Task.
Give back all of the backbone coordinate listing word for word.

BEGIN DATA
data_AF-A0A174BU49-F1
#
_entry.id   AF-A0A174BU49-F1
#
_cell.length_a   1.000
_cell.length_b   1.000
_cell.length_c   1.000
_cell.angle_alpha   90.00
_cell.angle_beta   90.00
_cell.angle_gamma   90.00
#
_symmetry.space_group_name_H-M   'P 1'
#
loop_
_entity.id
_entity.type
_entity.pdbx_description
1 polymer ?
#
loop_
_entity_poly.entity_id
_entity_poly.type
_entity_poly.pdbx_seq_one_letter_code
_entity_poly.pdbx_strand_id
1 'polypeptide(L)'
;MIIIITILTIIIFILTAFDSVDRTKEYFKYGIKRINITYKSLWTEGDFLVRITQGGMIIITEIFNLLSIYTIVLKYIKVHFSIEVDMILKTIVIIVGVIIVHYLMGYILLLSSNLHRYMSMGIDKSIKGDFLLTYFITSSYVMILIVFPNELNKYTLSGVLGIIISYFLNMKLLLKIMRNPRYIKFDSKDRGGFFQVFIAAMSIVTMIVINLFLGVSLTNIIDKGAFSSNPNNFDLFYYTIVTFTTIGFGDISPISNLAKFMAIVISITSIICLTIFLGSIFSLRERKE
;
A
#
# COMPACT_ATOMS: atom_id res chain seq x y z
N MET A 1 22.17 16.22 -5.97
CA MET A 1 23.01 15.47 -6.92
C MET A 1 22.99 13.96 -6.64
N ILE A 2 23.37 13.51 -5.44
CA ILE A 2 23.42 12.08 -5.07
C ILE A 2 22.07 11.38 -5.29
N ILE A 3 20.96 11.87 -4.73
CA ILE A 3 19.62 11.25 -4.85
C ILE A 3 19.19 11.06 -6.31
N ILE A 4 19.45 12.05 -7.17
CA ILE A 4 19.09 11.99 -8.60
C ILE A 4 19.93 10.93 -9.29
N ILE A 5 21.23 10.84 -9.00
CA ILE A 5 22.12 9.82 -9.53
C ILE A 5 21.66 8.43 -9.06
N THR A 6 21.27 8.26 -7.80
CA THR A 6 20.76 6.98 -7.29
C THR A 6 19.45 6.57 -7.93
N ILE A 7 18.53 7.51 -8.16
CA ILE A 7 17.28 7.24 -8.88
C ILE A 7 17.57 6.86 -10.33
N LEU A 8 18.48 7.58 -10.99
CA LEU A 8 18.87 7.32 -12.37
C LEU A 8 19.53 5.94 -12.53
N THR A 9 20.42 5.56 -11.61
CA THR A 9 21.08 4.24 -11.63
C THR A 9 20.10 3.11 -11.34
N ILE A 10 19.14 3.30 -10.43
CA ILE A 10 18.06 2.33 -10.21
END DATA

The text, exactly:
data_AF-A0A174BU49-F1
#
_entry.id   AF-A0A174BU49-F1
#
_cell.length_a   1.000
_cell.length_b   1.000
_cell.length_c   1.000
_cell.angle_alpha   90.00
_cell.angle_beta   90.00
_cell.angle_gamma   90.00
#
_symmetry.space_group_name_H-M   'P 1'
#
loop_
_entity.id
_entity.type
_entity.pdbx_description
1 polymer ?
#
loop_
_entity_poly.entity_id
_entity_poly.type
_entity_poly.pdbx_seq_one_letter_code
_entity_poly.pdbx_strand_id
1 'polypeptide(L)'
;MIIIITILTIIIFILTAFDSVDRTKEYFKYGIKRINITYKSLWTEGDFLVRITQGGMIIITEIFNLLSIYTIVLKYIKVHFSIEVDMILKTIVIIVGVIIVHYLMGYILLLSSNLHRYMSMGIDKSIKGDFLLTYFITSSYVMILIVFPNELNKYTLSGVLGIIISYFLNMKLLLKIMRNPRYIKFDSKDRGGFFQVFIAAMSIVTMIVINLFLGVSLTNIIDKGAFSSNPNNFDLFYYTIVTFTTIGFGDISPISNLAKFMAIVISITSIICLTIFLGSIFSLRERKE
;
A
#
# COMPACT_ATOMS: atom_id res chain seq x y z
N MET A 1 22.17 16.22 -5.97
CA MET A 1 23.01 15.47 -6.92
C MET A 1 22.99 13.96 -6.64
N ILE A 2 23.37 13.51 -5.44
CA ILE A 2 23.42 12.08 -5.07
C ILE A 2 22.07 11.38 -5.29
N ILE A 3 20.96 11.87 -4.73
CA ILE A 3 19.62 11.25 -4.85
C ILE A 3 19.19 11.06 -6.31
N ILE A 4 19.45 12.05 -7.17
CA ILE A 4 19.09 11.99 -8.60
C ILE A 4 19.93 10.93 -9.29
N ILE A 5 21.23 10.84 -9.00
CA ILE A 5 22.12 9.82 -9.53
C ILE A 5 21.66 8.43 -9.06
N THR A 6 21.27 8.26 -7.80
CA THR A 6 20.76 6.98 -7.29
C THR A 6 19.45 6.57 -7.93
N ILE A 7 18.53 7.51 -8.16
CA ILE A 7 17.28 7.24 -8.88
C ILE A 7 17.57 6.86 -10.33
N LEU A 8 18.48 7.58 -10.99
CA LEU A 8 18.87 7.32 -12.37
C LEU A 8 19.53 5.94 -12.53
N THR A 9 20.42 5.56 -11.61
CA THR A 9 21.08 4.24 -11.63
C THR A 9 20.10 3.11 -11.34
N ILE A 10 19.14 3.30 -10.43
CA ILE A 10 18.06 2.33 -10.21